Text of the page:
The more I study history, the more I’m convinced that once you dig beneath the incidental details, very little changes in this world. One such thing that seems to be an unfortunate constant is xenophobia.
In one of my Baptist historical studies, I found this snippet in a publication from a Baptist periodical from 1890 (The Baptist Quarterly Review, Volume 12). What really struck me is that if you changed a few country names, this would closely match some of the current anti-immigrant rhetoric. It seems that every generation has some great, deep-seated fears about being swept away in the tide of the “other.”
The article says that “the immigration of the Chinese should be restricted. It is…fraught with moral peril to our civilization…it has been largely that of opium-smoking, unintelligent pariah-casts…They have vices peculiar to themselves…They learn little of our language. They do not assimilate with our civilization…the present European flood of driftwood is only less to be feared…the undesirable element is increasing. The percentage of…Italians and Hungarians [are] increasing…They live in a way simply appalling…Few of them naturalize…The best judges declare that such immigration is hurtful and degrading…There are are aspects indeed in which the worst of European inflow is worse than that of the Chinese…For the general good of our country, as well as from fear of the surging of the nations upon us.. immigration ought to be restricted.”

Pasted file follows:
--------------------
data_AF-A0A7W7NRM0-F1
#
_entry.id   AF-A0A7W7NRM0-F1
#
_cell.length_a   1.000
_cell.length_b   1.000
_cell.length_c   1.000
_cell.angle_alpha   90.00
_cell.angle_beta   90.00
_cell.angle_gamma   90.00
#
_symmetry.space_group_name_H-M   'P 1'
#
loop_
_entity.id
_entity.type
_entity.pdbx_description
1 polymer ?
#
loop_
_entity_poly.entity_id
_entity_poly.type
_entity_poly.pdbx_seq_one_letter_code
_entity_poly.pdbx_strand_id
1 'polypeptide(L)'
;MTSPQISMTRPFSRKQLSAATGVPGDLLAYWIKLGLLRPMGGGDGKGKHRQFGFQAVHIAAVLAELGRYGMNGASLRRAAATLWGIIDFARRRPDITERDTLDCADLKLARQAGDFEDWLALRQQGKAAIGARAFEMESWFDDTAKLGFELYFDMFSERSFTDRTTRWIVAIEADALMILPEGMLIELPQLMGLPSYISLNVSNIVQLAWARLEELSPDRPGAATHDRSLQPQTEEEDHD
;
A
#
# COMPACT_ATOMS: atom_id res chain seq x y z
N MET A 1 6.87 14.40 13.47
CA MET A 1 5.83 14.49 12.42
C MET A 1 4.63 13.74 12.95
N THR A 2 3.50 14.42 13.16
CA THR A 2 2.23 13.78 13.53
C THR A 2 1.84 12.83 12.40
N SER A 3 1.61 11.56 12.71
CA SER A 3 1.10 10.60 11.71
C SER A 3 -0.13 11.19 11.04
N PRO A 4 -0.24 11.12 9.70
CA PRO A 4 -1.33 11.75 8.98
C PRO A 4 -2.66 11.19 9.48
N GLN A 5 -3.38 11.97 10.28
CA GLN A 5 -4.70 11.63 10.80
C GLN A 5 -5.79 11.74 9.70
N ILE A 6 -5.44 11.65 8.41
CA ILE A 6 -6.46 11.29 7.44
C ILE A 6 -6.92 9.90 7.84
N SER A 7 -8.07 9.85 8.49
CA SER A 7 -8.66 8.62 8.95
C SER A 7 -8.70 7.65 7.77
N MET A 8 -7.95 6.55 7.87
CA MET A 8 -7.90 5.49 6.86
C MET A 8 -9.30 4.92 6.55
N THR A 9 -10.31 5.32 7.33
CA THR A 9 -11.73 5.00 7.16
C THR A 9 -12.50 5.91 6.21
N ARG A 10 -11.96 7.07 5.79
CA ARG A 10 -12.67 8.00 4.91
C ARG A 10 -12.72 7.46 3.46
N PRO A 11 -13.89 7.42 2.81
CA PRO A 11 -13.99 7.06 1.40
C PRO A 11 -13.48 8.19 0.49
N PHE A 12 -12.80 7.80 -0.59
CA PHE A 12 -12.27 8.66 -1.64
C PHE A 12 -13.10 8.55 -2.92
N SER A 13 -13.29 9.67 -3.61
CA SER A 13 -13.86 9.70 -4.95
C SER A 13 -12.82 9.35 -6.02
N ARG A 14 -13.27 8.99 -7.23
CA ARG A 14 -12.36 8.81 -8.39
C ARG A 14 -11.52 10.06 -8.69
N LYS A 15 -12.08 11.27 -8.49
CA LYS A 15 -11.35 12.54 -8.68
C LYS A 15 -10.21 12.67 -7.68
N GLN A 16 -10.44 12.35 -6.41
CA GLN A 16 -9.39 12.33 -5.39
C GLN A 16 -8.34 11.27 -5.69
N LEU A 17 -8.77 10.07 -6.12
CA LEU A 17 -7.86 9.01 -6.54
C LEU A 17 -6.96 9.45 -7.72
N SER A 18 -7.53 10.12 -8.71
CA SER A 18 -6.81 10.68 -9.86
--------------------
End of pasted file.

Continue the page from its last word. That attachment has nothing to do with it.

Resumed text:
One the one hand, especially as the son of parents that have immigrated from Eastern Europe into North America, this paragraph is startling, especially since it takes place in a Christian publication.
On the other hand, it is not very surprising at all. Other than the specific countries being mentioned, it very much reads like something from today. I see very similar things being posted by Christians on Facebook nearly every day.
Lest anyone come to that the Baptists have been particularly bad on this issue, two things should be noted: (a) these xenophobic sentiments were quite standard issue among Protestants in North America, not by any means limited to the Baptists and (b) many nineteenth century Baptists stood very boldly against the xenophobia of their day. In San Francisco in the late 1800s, the public opinion against the Chinese immigrants had grown so harsh that mobs were storming Chinese properties to hurt people and damage property. During that time, many non-Chinese Baptists banded together with guns to make a circle around the Chinese immigrants, to protect them.
To get a good picture of the vast array of responses to immigration in 19th century Protestantism I recommend Immigrants, Baptists, and the Protestant Mind in America by Lawrence B. Davis.
Whatever our political views or policy preferences, I hope we can learn from this history!